People who own the rights to music, film, tv, etc. should, in my humble opinion, learn to love the Internet, and not to be frightened of it. That’s a nice glib statement from someone who never created anything useful in his life, but as someone who consumes a lot of created content surely I have some experience 😉
I was really struck by this thought when reading Felicia Day’s blog (again), after the release of the Guild song, Do you want to date my avatar. Within a short time of it being released, there were fan-made movies on YouTube, using that music and animation from games such as Lord of the Rings online, World of Warcraft, Second Life, and others, to perform to the song.
Many content owners would immediately go to war with DMCA’s to have the music stripped from those videos, since it’s clearly not owned by the people who made them but by The Guild, or Felicia Day, or whatever organisation she has in place to own the rights. Did she start processing take downs?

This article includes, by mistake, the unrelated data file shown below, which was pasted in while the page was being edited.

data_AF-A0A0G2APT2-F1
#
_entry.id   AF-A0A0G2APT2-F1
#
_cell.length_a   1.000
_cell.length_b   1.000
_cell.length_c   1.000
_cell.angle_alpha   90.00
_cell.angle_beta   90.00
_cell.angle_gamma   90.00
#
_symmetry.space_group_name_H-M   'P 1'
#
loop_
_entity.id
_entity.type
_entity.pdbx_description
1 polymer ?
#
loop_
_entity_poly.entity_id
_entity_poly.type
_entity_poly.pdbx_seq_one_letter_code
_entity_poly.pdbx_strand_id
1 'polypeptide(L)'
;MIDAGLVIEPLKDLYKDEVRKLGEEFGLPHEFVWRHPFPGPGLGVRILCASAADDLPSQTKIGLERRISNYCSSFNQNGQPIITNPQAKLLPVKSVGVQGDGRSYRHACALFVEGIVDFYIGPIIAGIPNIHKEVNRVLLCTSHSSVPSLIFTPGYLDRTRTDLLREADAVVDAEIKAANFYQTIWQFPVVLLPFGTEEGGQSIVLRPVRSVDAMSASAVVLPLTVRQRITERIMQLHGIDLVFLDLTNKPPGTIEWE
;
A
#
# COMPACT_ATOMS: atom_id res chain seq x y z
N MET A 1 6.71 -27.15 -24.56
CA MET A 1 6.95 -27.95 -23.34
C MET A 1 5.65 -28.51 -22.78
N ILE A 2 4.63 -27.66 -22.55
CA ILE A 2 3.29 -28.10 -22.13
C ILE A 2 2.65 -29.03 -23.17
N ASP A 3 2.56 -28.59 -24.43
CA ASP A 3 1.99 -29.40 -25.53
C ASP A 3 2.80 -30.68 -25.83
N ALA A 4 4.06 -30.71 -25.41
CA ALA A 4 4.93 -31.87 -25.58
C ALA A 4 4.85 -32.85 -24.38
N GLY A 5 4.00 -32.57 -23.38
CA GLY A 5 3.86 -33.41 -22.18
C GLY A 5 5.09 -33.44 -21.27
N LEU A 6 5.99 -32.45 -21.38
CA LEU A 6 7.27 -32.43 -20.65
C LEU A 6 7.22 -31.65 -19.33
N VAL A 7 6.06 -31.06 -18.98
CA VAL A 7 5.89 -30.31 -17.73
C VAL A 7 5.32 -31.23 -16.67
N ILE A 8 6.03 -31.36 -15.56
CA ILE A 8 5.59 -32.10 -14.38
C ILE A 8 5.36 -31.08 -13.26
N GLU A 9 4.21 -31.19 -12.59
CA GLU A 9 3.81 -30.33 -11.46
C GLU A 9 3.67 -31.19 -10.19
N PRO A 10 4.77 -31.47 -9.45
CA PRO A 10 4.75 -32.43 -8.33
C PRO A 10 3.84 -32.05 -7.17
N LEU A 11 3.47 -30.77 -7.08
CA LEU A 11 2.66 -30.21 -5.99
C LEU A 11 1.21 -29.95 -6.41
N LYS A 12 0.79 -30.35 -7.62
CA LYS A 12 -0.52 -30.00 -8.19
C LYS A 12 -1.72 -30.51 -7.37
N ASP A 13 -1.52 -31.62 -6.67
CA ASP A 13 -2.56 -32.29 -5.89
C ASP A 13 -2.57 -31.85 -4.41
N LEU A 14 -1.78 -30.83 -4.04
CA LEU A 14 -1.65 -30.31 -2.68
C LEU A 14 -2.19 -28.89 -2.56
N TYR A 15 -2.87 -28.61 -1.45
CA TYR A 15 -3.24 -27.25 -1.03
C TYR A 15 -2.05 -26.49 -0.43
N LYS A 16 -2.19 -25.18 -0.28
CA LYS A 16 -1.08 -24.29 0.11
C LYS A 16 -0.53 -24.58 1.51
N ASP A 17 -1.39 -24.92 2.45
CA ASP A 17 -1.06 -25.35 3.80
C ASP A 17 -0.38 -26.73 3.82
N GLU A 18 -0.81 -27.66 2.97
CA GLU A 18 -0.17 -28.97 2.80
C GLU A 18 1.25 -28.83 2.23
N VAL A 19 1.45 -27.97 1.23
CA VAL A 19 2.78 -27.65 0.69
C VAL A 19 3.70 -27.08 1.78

Nope, she found them on YouTube and listed them as favourites, which let’s them show up on her FriendFeed account. I can only assume that this eventually increases the sales of the song (because god only knows once you’ve heard it you can’t stop humming the bloody thing) and doesn’t negatively impact it at all. In the same way that seeing a cool fan video on YouTube with a song by Big Mega Band from the 80’s as the backing track is more likely to make you go and re-buy it on iTunes than it is to make you strip the audio from the vid and import the illegal, low quality version onto your mp3 player.
You either embrace the ‘take it and use it and make something with it’ nature of the ‘net, or you end up fighting it at every step of the way and losing none-the-less.
Felicia Day and creative content owners of her generation are going to make it work, because they accept, use and take part in the medium.